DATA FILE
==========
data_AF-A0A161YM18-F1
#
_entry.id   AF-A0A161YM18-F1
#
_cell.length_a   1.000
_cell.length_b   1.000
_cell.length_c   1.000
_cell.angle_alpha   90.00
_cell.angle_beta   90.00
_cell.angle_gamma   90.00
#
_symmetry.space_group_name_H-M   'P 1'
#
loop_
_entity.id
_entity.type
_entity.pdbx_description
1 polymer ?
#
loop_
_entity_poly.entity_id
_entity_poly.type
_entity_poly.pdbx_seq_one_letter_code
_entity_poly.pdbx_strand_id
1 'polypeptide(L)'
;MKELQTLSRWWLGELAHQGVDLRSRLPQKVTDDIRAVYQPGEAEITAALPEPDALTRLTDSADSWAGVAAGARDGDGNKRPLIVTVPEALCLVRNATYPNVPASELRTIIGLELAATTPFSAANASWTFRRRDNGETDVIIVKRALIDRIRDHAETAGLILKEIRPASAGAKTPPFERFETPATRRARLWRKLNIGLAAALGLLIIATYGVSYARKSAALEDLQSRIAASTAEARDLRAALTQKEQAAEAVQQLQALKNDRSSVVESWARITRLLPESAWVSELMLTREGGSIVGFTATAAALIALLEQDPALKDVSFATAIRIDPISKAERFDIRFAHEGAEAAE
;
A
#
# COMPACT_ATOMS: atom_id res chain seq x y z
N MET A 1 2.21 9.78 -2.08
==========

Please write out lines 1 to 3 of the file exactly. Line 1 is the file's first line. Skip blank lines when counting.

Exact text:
data_AF-A0A161YM18-F1
#
_entry.id   AF-A0A161YM18-F1